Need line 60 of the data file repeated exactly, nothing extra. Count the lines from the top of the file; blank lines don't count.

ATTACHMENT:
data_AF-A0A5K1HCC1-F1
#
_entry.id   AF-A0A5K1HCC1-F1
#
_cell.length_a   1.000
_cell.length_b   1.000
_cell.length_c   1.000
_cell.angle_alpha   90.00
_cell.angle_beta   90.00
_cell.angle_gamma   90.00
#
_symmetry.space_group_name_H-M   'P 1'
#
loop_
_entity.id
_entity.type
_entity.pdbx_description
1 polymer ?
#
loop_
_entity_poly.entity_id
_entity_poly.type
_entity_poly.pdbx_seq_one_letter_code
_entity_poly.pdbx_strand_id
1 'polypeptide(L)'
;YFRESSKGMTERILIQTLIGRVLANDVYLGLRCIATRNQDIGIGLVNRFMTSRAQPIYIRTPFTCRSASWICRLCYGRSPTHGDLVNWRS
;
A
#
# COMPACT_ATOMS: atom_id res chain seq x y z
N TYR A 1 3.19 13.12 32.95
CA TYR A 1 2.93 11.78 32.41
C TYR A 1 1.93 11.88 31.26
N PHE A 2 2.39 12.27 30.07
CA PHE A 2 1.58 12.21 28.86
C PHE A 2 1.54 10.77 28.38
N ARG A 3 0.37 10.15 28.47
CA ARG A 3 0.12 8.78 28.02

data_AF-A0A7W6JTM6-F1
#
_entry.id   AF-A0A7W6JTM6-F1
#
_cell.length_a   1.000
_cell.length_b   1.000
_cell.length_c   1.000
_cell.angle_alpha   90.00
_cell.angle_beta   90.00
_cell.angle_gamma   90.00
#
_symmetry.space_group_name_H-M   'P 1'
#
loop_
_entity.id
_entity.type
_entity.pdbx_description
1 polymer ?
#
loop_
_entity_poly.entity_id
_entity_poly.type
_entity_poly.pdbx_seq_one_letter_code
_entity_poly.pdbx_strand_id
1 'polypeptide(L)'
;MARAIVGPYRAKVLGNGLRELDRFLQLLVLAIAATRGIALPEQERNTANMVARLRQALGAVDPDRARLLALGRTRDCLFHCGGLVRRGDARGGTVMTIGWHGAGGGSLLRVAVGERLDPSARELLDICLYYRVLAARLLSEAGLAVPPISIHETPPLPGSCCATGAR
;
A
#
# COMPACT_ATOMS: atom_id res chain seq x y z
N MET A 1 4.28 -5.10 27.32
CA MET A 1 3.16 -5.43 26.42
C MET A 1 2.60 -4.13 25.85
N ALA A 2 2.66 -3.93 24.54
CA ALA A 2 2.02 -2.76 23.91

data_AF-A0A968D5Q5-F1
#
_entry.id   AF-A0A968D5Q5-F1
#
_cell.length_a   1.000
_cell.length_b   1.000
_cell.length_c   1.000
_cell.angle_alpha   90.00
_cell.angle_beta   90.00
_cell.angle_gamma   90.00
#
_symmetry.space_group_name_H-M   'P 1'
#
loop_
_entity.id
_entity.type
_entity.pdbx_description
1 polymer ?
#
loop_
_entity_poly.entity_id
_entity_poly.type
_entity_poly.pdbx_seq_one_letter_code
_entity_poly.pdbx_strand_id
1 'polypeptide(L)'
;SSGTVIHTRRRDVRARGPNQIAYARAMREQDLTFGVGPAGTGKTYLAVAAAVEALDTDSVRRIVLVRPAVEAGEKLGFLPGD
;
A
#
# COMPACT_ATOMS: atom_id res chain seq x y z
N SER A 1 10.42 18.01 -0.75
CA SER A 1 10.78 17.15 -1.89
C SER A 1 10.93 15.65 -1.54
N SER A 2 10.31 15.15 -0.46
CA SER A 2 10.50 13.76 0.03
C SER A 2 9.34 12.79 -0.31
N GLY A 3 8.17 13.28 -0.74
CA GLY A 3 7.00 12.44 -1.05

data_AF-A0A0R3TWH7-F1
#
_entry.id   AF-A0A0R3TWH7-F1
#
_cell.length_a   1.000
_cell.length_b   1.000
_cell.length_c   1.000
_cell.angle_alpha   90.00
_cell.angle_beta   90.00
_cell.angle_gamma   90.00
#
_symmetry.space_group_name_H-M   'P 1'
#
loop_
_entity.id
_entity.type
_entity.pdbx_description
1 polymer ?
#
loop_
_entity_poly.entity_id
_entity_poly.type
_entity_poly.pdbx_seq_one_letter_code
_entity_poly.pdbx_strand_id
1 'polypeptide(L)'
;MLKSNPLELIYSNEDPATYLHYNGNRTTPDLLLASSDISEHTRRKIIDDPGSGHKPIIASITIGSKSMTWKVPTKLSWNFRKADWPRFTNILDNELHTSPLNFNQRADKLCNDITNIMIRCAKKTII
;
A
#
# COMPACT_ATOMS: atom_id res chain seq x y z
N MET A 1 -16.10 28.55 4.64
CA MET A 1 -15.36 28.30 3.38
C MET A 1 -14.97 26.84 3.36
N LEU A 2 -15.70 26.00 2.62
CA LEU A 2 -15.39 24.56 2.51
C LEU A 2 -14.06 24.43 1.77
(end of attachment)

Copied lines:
_entity_poly.type